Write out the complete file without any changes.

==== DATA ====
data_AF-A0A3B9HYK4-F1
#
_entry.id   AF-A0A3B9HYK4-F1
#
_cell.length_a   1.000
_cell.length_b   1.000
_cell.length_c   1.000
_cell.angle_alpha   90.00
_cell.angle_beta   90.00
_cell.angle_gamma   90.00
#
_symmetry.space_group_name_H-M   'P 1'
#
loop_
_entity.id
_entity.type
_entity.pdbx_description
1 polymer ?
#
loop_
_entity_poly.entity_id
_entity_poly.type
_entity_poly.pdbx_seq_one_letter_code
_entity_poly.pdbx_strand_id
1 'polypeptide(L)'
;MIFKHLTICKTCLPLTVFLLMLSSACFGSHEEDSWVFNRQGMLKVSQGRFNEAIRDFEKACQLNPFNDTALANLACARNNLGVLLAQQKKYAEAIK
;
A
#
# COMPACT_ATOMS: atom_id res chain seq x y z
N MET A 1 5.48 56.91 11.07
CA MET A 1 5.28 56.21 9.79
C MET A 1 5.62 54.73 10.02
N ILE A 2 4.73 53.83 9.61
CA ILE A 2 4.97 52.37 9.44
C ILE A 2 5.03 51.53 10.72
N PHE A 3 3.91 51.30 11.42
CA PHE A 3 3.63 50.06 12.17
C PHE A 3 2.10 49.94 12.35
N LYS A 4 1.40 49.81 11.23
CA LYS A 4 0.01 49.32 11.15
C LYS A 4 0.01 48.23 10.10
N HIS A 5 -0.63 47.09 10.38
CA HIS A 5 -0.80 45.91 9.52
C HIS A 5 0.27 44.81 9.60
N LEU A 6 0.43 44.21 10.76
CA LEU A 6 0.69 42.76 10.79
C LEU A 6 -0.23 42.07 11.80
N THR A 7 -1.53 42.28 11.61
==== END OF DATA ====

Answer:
data_AF-A0A3B9HYK4-F1
#
_entry.id   AF-A0A3B9HYK4-F1
#
_cell.length_a   1.000
_cell.length_b   1.000
_cell.length_c   1.000
_cell.angle_alpha   90.00
_cell.angle_beta   90.00
_cell.angle_gamma   90.00
#
_symmetry.space_group_name_H-M   'P 1'
#
loop_
_entity.id
_entity.type
_entity.pdbx_description
1 polymer ?
#
loop_
_entity_poly.entity_id
_entity_poly.type
_entity_poly.pdbx_seq_one_letter_code
_entity_poly.pdbx_strand_id
1 'polypeptide(L)'
;MIFKHLTICKTCLPLTVFLLMLSSACFGSHEEDSWVFNRQGMLKVSQGRFNEAIRDFEKACQLNPFNDTALANLACARNNLGVLLAQQKKYAEAIK
;
A
#
# COMPACT_ATOMS: atom_id res chain seq x y z
N MET A 1 5.48 56.91 11.07
CA MET A 1 5.28 56.21 9.79
C MET A 1 5.62 54.73 10.02
N ILE A 2 4.73 53.83 9.61
CA ILE A 2 4.97 52.37 9.44
C ILE A 2 5.03 51.53 10.72
N PHE A 3 3.91 51.30 11.42
CA PHE A 3 3.63 50.06 12.17
C PHE A 3 2.10 49.94 12.35
N LYS A 4 1.40 49.81 11.23
CA LYS A 4 0.01 49.32 11.15
C LYS A 4 0.01 48.23 10.10
N HIS A 5 -0.63 47.09 10.38
CA HIS A 5 -0.80 45.91 9.52
C HIS A 5 0.27 44.81 9.60
N LEU A 6 0.43 44.21 10.76
CA LEU A 6 0.69 42.76 10.79
C LEU A 6 -0.23 42.07 11.80
N THR A 7 -1.53 42.28 11.61